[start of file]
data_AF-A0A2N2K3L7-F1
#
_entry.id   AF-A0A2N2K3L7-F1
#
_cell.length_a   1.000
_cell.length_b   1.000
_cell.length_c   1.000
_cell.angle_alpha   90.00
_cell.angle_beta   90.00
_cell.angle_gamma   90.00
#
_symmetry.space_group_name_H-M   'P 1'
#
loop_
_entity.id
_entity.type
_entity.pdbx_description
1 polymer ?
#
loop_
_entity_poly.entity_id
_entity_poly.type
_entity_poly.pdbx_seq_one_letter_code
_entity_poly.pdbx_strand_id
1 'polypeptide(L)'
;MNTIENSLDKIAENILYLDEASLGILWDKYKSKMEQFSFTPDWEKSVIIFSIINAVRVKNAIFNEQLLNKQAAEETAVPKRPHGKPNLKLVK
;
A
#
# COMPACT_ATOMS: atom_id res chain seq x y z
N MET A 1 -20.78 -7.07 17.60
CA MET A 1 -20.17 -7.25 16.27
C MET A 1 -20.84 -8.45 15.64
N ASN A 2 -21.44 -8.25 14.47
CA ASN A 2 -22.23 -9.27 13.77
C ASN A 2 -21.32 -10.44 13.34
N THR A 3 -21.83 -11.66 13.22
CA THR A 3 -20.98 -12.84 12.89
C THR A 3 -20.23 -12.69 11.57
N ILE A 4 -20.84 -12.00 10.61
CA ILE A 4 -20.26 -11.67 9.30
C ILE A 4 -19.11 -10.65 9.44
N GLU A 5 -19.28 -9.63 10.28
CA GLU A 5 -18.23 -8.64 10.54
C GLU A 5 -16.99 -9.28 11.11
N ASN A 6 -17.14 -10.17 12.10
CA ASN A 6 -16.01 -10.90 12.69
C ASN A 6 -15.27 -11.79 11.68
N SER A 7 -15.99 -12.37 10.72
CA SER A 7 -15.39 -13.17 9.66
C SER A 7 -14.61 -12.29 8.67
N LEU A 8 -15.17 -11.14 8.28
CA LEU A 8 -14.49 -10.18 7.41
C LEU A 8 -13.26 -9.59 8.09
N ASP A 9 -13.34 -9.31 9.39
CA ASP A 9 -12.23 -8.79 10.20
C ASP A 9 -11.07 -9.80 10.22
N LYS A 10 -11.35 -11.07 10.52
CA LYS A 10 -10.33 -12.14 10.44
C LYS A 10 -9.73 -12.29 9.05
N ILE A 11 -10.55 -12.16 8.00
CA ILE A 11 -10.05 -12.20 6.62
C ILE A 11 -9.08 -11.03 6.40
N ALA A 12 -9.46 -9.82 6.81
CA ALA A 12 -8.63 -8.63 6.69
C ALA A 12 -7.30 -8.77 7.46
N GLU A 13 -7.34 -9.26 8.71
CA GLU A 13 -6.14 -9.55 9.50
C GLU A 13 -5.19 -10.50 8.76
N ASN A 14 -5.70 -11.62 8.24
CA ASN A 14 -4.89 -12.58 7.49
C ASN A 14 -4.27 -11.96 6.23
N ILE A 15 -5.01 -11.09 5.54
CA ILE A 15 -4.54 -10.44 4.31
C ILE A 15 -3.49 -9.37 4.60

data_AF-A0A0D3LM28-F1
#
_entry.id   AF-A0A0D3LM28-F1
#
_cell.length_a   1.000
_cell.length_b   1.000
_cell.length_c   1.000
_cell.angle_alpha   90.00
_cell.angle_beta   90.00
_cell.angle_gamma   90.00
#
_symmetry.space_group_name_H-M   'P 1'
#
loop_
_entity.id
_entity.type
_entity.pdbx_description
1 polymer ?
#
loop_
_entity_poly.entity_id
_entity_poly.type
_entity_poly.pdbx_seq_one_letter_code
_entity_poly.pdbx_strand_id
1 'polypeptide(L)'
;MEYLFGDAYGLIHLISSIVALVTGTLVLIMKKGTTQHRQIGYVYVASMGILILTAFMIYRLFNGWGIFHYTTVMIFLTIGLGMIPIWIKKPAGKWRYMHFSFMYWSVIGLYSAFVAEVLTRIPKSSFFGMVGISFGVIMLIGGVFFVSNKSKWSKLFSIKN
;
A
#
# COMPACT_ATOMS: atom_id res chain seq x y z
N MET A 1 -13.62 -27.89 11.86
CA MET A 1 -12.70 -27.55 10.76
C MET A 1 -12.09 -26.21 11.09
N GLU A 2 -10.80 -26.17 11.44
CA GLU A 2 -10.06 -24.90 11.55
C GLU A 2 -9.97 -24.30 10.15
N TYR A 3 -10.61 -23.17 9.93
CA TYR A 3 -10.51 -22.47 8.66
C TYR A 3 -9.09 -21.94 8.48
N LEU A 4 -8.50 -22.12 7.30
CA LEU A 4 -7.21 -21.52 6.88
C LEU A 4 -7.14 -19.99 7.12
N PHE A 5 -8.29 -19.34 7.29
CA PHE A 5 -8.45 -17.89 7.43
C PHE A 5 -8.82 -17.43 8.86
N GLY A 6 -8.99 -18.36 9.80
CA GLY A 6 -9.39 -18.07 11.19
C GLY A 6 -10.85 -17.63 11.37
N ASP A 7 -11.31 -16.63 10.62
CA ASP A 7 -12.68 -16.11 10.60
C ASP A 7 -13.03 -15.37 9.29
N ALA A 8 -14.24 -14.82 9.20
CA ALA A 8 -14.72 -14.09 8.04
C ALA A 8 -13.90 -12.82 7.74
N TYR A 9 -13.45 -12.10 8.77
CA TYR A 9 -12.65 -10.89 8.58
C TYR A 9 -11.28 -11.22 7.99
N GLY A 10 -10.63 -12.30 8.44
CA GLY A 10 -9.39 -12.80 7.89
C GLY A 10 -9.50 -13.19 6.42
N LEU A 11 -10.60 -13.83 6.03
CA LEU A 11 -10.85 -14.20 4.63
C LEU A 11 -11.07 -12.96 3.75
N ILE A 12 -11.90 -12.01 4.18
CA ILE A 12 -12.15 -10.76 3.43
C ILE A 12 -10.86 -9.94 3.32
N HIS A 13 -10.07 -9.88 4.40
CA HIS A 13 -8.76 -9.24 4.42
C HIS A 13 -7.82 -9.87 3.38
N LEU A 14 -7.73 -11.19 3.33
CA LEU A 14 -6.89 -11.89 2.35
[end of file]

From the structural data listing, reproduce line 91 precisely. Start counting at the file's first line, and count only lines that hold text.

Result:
_entity.type